As I re-watched the movie on Netflix for this post, I decided it would be a good idea to give the dub a try, since I had never heard it before. Luckily, the dub manages to deliver in spades. Each of the actors did a great job portraying their characters and made them all feel unique. Some of the best performances came from Robbie Daymond and Lexi Cowden, who voiced Shoya and Shoko respectively.


A Silent Voice is maybe not among my personal favorites, but it is a film that accomplishes everything that it sets out to do. Not only does it talk about important subject matter, but manages to do so with one of the most beautiful presentations in recent memory. It is almost guaranteed to live one in the hearts of those who choose to watch it.

How do you all feel about A Silent Voice? Let me know in the comments.

If you are interested in reading more from me, check under blog to read my most recent stuff, or look below for some related posts. Also, if you would like to support Animated Observations, consider donating on Ko-fi or through paypal, or pledging on Patreon. You can even support by just liking and sharing this post.

Buy Me a Coffee at ko-fi.com

If you can’t, or just don’t feel like it, no worries. Thank you all for reading, and goodbye, for now, friends!


First Impressions: Iron-Blooded Orphans

Welcome, weebs, to Animated Observations

After putting up my What Else Should You Watch: Doctor Stone post a few weeks ago, I again thought about the kinds of posts how I have not done in a while, and I settled on a first impressions, if for nothing else than because its kind of an easier one to write while I am dealing with end of the semester stuff. For this first impressions, I am taking a look at a show that was put on Netflix only recently, but has been given a lot of critical acclaim for a while, that being Mobile Suit Gundam: Iron Blooded Orphans

Iron-Blooded Orphans, like many of its Gundam counterparts, takes place in a world after great destruction. In its case, the Calamity War, a battle between earth and its outer colonies in space, ended in the division of earth into four separate economic blocks. Mars, meanwhile, is in deplorable conditions, and its people are quickly signing on to the idea of Independence from Earth. Kudelia Bernstein, an aristocrat representing the independence movement, decides to enlist the help of the CGS, a local military branch. However, her sense of security is somewhat short-lived, as Gjallarhorn, the organization responsible for keeping peace in the universe, attempts to assassinate her. Despite the attempt, Mikazuki Angus and Orga Itsuka, along with many other child soldiers working under the organization, pull together to help defend her.

Now, I will get this out of the way upfront: I am in no way an expert on Gundam, so what I say after this point is going to apply to this series only. I do not want to generalize to much and then have Scott tell me I am wrong. Anyway, onto the rest of it.

After watching three episodes of Iron-Blooded Orphans, I can say for sure that the series is not boring. While it sticks to a lot of science fiction convention, even from the first couple of episodes it has an extremely ambitious vision of the story it wants to tell. One of the good parts about it right of the bat is its main characters, Mikazuki and Orga. The first scene of the first episode shows the two of them struggling to survive, even having to kill someone to do so. The desperation of their situation becomes immediately apparent, and so its makes sense why they ended up joining a military organization, even as kids. Another important thing that first scene shows is the dynamic between the two of them. Mikazuki is very much someone who will whatever Orga asks him to, even killing someone. This kind of dynamic is both immediately concerning, and also hints at what might come later on.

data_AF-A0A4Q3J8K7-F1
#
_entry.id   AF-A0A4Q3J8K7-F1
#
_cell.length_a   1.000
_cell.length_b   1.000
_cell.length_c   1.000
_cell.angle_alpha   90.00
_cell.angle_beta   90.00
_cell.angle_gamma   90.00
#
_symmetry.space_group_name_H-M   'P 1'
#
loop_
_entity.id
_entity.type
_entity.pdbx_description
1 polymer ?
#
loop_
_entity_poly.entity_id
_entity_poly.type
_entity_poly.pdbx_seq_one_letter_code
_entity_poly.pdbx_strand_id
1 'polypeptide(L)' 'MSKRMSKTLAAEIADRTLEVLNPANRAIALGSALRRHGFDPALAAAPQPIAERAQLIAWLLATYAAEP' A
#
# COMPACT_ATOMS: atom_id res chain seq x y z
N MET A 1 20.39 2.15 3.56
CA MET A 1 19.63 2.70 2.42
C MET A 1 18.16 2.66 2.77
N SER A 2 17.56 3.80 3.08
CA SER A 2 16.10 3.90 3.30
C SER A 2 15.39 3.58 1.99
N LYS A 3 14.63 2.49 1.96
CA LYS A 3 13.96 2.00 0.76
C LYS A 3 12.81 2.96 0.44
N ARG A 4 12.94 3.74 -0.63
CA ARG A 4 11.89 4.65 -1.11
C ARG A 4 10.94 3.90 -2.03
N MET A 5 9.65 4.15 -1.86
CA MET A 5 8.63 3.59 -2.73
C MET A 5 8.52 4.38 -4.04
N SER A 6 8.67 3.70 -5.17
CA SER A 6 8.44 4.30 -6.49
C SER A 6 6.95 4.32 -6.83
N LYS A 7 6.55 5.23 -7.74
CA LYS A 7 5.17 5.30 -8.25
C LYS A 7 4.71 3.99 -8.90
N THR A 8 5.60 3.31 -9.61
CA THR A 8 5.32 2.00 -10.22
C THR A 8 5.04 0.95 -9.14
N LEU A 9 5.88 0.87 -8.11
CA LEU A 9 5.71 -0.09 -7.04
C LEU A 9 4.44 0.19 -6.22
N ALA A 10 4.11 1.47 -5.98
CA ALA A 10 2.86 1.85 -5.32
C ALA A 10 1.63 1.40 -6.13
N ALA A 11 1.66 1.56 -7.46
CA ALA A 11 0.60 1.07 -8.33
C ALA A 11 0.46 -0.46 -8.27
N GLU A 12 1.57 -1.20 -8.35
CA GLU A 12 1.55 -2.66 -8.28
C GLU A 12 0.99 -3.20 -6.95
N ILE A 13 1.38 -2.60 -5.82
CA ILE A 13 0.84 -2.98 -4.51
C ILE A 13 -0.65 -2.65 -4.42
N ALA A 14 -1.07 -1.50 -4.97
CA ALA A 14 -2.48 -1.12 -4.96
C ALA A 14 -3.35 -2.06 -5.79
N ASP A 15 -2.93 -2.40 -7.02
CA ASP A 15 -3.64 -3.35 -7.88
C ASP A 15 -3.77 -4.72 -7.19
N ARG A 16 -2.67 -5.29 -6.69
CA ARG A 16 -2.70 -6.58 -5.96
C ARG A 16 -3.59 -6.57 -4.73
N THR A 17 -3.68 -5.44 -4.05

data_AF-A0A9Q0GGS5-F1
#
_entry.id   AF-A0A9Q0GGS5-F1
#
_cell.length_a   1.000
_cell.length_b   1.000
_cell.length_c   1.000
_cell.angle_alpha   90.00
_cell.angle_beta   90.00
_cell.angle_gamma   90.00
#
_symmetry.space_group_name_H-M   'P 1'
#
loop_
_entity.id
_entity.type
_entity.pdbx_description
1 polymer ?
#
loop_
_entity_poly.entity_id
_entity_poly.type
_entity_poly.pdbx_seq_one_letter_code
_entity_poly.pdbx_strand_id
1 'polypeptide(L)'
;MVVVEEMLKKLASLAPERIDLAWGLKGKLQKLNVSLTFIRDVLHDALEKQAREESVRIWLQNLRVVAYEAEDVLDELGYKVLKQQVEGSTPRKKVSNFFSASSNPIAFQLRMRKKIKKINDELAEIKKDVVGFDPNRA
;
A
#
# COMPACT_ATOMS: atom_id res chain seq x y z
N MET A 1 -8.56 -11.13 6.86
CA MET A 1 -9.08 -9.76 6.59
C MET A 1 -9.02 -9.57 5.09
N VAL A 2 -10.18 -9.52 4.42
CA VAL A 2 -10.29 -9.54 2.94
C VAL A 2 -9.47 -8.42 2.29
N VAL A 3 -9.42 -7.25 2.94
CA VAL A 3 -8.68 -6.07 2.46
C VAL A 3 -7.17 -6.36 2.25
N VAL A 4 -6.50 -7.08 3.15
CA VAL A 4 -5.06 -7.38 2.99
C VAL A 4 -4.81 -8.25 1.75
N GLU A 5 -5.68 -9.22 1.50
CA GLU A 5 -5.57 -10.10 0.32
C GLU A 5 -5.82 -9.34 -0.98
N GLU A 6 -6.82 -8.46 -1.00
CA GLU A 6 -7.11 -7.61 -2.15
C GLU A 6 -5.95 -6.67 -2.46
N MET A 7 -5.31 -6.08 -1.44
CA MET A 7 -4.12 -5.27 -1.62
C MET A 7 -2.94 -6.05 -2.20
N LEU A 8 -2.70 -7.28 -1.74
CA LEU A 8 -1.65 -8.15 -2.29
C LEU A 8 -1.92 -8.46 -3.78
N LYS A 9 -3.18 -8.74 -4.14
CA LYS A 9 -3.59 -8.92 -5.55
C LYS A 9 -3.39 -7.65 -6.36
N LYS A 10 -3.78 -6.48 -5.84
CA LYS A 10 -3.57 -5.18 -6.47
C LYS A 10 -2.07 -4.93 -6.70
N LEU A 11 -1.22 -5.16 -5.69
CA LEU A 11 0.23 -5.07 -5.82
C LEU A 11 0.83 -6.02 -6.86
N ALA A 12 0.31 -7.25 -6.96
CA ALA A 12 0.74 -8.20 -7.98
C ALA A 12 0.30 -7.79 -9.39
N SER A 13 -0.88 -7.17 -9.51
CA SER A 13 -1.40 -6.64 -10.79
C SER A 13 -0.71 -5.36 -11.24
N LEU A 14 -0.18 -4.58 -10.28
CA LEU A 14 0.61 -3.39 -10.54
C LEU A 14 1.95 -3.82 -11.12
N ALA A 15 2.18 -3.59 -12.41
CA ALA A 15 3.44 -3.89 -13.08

The story also alludes to a lot of other important themes early on, such as poverty. Orga, Mikazuki, along with many of the other kids at CGS, came from desperate situations where they were on the brink of dying in the streets. To escape this suffering, they did what they thought they had to and joined the military, if for nothing else than the basics of food, water, and shelter.

For as much as I try and put my own taste aside when talking about the artistic merit of a series, it is not always easy, and while I have enjoyed certain mecha series in the past it is not a genre that generally peeks my interest. I mainly took a look at Iron-Blooded Orphans as a way to test my own waters, so to speak. However, as it turns out, I am still not much of a fan of the idea of giants robots slamming each other into the dust, at least not under normal circumstances.

One thing that is worthy of criticism outside of personal preference though are the character designs. Specifically, the way the character designs clash with the feel of the story being told. Iron-Blooded Orphans is clearly trying to show us the gritty reality of its main characters, from murder, to betrayal, it wants to capture all of the feelings and actions involved with life at war. Which is why it is strange that the characters all still look like they are supposed to be in a shounen series. I would say that normally this does not bother me as much, but Iron-Blooded Orphans is aggressive in how much it wants to be taken seriously, and so the clash is much more noticeable.

Suffice it to say that I will likely not continue the series, or if I do it might just be a few more episodes. While there is probably a lot of good left to be found in the show, it frankly just does not appeal to me much and the clash between its characters design and its tone will probably throw me off the whole way through.

How do you all feel about Iron-Blooded Orphans? Let me know in the comments below.

If you are interested in reading more from me, check under blog to read my most recent stuff, or look below for some related posts. Also, if you would like to support Animated Observations, consider donating on Ko-fi or through paypal, or pledging on Patreon. You can even support by just liking and sharing this post.

Buy Me a Coffee at ko-fi.com

If you can’t, or just don’t feel like it, no worries. Thank you all for reading, and goodbye, for now, friends!